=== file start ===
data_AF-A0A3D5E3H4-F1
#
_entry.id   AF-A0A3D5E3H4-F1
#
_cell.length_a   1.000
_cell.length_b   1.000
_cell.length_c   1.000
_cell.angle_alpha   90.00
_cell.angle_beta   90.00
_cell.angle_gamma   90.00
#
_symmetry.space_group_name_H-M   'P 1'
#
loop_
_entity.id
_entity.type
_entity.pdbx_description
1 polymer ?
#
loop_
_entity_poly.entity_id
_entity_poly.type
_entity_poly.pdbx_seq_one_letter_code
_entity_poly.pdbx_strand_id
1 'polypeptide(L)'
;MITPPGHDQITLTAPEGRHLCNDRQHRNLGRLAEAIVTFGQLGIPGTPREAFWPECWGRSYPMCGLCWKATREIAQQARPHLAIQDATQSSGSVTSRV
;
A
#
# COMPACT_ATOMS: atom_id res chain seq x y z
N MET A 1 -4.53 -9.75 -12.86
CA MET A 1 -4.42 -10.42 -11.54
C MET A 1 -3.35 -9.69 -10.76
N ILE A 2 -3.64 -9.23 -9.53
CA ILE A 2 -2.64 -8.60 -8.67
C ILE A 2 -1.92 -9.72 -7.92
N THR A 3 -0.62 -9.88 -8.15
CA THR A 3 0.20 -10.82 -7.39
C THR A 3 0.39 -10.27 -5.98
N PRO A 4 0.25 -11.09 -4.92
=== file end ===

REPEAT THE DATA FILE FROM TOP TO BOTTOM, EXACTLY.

data_AF-A0A3D5E3H4-F1
#
_entry.id   AF-A0A3D5E3H4-F1
#
_cell.length_a   1.000
_cell.length_b   1.000
_cell.length_c   1.000
_cell.angle_alpha   90.00
_cell.angle_beta   90.00
_cell.angle_gamma   90.00
#
_symmetry.space_group_name_H-M   'P 1'
#
loop_
_entity.id
_entity.type
_entity.pdbx_description
1 polymer ?
#
loop_
_entity_poly.entity_id
_entity_poly.type
_entity_poly.pdbx_seq_one_letter_code
_entity_poly.pdbx_strand_id
1 'polypeptide(L)'
;MITPPGHDQITLTAPEGRHLCNDRQHRNLGRLAEAIVTFGQLGIPGTPREAFWPECWGRSYPMCGLCWKATREIAQQARPHLAIQDATQSSGSVTSRV
;
A
#
# COMPACT_ATOMS: atom_id res chain seq x y z
N MET A 1 -4.53 -9.75 -12.86
CA MET A 1 -4.42 -10.42 -11.54
C MET A 1 -3.35 -9.69 -10.76
N ILE A 2 -3.64 -9.23 -9.53
CA ILE A 2 -2.64 -8.60 -8.67
C ILE A 2 -1.92 -9.72 -7.92
N THR A 3 -0.62 -9.88 -8.15
CA THR A 3 0.20 -10.82 -7.39
C THR A 3 0.39 -10.27 -5.98
N PRO A 4 0.25 -11.09 -4.92